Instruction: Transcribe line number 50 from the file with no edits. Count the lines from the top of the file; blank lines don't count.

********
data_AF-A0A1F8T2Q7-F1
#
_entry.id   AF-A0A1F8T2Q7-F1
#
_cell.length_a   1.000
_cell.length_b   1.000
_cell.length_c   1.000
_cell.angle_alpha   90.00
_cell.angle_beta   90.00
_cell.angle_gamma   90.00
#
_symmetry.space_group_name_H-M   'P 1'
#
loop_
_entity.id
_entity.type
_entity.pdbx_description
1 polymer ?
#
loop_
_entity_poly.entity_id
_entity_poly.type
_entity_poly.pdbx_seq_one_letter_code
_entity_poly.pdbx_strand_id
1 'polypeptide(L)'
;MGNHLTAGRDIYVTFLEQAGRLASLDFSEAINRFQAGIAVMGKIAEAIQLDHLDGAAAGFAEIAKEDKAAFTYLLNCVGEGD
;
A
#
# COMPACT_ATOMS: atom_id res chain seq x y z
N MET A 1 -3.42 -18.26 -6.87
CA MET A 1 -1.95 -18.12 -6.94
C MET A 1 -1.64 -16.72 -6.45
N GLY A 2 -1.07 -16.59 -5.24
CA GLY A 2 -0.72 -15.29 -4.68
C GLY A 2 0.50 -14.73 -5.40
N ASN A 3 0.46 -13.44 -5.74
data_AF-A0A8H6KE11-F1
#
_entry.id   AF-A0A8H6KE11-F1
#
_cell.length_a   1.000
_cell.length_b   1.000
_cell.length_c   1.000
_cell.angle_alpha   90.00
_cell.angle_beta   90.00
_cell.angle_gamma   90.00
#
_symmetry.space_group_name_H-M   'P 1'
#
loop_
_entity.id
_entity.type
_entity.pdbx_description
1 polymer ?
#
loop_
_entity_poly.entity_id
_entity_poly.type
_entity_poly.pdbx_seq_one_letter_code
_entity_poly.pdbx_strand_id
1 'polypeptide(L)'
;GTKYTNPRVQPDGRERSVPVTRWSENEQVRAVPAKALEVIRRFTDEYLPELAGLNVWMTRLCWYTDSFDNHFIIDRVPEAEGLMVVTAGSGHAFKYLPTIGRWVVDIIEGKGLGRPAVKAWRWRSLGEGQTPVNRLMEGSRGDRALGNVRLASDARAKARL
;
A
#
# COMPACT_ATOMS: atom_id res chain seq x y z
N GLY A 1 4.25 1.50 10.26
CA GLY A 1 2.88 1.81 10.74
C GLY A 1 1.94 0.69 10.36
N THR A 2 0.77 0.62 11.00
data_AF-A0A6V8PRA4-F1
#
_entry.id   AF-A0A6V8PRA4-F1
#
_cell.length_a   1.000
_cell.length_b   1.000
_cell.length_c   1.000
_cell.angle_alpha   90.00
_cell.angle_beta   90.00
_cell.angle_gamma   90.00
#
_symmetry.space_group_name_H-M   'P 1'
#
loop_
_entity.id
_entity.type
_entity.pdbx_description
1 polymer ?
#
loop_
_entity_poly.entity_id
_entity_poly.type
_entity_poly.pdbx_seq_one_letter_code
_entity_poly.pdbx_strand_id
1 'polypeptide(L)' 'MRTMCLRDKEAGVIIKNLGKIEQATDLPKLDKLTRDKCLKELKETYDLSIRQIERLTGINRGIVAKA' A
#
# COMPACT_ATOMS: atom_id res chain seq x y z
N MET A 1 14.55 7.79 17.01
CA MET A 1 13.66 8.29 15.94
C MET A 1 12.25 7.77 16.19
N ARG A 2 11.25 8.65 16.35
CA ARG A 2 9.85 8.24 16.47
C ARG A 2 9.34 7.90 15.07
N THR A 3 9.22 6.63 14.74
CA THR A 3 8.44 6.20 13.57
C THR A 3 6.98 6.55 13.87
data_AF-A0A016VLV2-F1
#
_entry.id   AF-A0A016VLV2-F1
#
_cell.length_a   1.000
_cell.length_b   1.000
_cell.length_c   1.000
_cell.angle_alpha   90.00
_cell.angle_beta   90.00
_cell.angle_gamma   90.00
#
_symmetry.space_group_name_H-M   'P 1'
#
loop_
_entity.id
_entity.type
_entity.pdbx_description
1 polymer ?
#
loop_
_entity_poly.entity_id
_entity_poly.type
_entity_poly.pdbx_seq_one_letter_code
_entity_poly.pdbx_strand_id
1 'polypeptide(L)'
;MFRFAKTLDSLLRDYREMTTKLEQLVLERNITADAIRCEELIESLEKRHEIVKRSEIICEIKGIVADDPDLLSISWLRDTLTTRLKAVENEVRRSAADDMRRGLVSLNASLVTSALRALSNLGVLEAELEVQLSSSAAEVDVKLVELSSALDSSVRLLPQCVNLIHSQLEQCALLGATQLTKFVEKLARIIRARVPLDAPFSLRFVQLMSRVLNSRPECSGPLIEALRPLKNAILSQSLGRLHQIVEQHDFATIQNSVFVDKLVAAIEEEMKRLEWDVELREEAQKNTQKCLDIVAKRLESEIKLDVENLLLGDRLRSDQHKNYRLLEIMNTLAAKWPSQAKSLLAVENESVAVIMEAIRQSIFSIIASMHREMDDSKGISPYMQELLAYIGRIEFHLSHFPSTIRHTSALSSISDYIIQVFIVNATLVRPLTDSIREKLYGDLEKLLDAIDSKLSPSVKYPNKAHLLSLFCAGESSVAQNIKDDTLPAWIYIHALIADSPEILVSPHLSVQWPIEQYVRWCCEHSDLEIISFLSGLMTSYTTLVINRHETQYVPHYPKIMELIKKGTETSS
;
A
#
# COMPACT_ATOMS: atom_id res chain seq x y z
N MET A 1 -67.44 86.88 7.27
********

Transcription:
#